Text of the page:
Tagged: “The Killing Fields”

Tex Eyes 2013 Rebound But Depth At First Lacking

Happy New Year to all my fellow fans. I recently posted a three-part series looking at the Yankees from their pitching, their bullpen and starting lineup. Now I intend to zero in on a look at them from a position-by-position standpoint. With spring training mere weeks away it seems an appropriate time to do this. Enjoy!

FIRST BASE – MARK TEIXEIRA (24 HRs, 84 RBIs, .251 BA)

The one thing you could count on every season from Mark Teixeira was 30 or more home runs and 100 or more runs driven in. He had, after all, done it in eight consecutive seasons when the 2012 season began.

But for the first time since his rookie season with the Texas Rangers in 2003, Teixeira failed to reach those totals for the New York Yankees. A pulled calf muscle that limited him to only four at-bats in September took away any hope that Teixeira had to extend the streak.

It was hardly the season Teixeira had envisioned for himself after taking a lot of criticism for batting .256 in 2010 and a career-low .248 in 2011. Teixeira had pledged that he try to go back to hitting to “all fields” instead of the pull-happy approach he had developed with that inviting short porch in right-field at Yankee Stadium.

He even said he might bunt against the exaggerated shifts teams had employed against him when he was batting left-handed.

That never happened, however.

In fact, once Teixeira got off to another one of his annual slow starts in April (three home runs, 12 RBIs and a .244 average), he abandoned the “all fields” idea altogether and just hit. There is no doubt he would have likely reached 30 home runs and 100 RBIs had not suffered the injury, but Teixeira decision was also directed to Yankee fans.

He basically was telling them he was not going to be hitter that hit a combined .306 with the Rangers and the Atlanta Braves in 2007 and .308 with the Braves and Los Angeles Angels in 2008. He even was not going to be the player that hit .292 in his first season with the Yankees.

Nope. If Teixeira was to be the productive hitter the Yankees wanted him to be Yankee fans would just have to settle for .250 batting averages from now on. That is just going to be the way it is.

Teixeira, 32, is reaching the same stage Jason Giambi did after his Most Valuable Player season with the Oakland Athletics in 2001 when he hit .342 with 38 home runs and 138 RBIs.

Giambi hit .314 with 41 home runs and 122 RBIs in 2002 in his first season with the Yankees. Then his batting averages fell off a cliff to .250, .208 (in an injury-racked 2004 season), .271, .253, .236 and .247.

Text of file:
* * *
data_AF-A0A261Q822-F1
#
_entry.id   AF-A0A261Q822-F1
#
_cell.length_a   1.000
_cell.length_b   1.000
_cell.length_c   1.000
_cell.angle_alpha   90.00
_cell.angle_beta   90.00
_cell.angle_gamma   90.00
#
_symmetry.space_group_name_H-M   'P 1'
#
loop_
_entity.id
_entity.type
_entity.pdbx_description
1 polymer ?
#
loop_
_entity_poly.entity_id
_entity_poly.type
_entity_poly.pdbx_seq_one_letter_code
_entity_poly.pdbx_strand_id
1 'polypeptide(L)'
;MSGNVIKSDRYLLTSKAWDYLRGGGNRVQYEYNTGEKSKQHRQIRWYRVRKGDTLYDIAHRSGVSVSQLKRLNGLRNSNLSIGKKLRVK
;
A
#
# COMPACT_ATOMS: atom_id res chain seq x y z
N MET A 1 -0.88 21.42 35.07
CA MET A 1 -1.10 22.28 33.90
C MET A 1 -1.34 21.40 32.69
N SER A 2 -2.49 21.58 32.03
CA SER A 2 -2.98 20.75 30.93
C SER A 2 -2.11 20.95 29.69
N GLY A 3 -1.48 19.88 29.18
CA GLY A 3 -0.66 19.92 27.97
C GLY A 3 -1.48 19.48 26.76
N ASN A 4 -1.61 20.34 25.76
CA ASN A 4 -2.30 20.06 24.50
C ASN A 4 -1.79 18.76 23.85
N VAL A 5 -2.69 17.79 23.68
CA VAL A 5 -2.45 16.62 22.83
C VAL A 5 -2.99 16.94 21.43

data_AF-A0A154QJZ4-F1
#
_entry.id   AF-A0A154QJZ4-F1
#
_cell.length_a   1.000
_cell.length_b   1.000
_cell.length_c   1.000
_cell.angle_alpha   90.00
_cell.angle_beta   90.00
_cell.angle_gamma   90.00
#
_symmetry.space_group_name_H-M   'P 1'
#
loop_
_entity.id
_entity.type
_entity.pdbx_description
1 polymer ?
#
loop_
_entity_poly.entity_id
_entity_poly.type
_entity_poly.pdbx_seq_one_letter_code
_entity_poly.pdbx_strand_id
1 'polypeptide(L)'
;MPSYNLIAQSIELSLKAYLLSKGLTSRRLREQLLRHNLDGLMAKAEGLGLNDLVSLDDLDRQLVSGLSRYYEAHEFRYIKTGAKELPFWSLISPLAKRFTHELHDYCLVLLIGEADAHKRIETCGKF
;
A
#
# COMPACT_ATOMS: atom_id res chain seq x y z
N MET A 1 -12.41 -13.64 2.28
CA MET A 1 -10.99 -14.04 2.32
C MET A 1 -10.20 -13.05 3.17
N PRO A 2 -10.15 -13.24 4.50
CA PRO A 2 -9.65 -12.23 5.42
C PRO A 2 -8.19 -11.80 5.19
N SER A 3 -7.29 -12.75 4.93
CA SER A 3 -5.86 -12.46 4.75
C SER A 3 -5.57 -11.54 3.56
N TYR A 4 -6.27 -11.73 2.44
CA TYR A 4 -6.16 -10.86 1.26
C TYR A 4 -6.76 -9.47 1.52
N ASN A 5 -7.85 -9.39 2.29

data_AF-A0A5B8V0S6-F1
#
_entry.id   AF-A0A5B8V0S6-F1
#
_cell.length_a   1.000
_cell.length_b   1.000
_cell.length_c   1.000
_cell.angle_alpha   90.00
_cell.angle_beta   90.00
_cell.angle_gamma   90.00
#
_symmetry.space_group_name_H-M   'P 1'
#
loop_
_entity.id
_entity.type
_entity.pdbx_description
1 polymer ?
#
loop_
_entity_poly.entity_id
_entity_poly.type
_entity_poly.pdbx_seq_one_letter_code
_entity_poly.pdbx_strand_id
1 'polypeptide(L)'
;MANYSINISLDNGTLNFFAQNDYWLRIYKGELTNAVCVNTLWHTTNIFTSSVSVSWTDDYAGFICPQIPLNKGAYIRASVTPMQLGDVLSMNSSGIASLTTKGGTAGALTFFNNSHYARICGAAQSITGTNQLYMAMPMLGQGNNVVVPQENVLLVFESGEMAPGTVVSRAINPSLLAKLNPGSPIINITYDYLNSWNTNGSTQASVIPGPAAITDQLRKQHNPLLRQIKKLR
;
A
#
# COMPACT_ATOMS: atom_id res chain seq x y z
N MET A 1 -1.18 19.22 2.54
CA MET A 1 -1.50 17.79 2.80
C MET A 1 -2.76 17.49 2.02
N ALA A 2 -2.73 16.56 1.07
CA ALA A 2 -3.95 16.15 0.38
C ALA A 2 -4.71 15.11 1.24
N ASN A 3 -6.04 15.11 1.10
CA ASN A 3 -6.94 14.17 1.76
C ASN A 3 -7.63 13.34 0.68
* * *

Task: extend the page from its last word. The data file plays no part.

Teixeira is headed to similar fate and, though it does not make Yankee fans happy, it appears they will have to accept it because Teixeira has another four years on the eight-year, $180 million contract he signed with the team in 2009.

Yankee Stadium has actually become somewhat of  “The Killing Fields” for Teixeira. He hit just .218 with 12 home runs and 33 RBIs in 2012 while he hit .277 with 12 home runs and 51 RBIs on the road. That does not bode well looking ahead to 2013.

Teixeira is also having problems hitting right-handers. He hit only .239 against them last season while he hit .269 against lefties. That also does not look good when you consider he will bat a lot more left-handed than he will right-handed because of the dearth of quality left-hand pitching in baseball.

Like most of the Yankees last season, Teixeira also failed to hit well with runners in scoring position (.230) and with two outs in an inning (.190).

Unlike Giambi, however, Teixeira actually can play a little a defense and that is putting it mildly.

Teixeira is the gold standard of fielding first basemen. Last season he collected his fifth Gold Glove Award and his third since joining the Yankees. But the real story is how he won the award.

Teixeira committed just one error in 1,055 total chances for a fielding percentage of .999, which broke a Yankee record of .998 established by Don Mattingly in 1994 (two errors in 989 total chances). In fact, Teixeira’s .999 mark was the tenth best fielding mark recorded in the modern era (after 1900).

So to say Teixeira can play a little first base is like saying Jimi Hendrix could play a little guitar. Teixeira is simply the best fielding first baseman of his generation and there aren’t as many who are close.

Tex combines the range of the former third baseman he was and catlike reflexes that allow him to stop line drives and grounders that other first baseman would have left on the board as doubles down the line. Combine that with the fact that Teixeira saves his fellow Yankee infielders numerous errors by scooping and snagging poor throws to first, you have pretty much summed up what makes Teixeira special with the glove.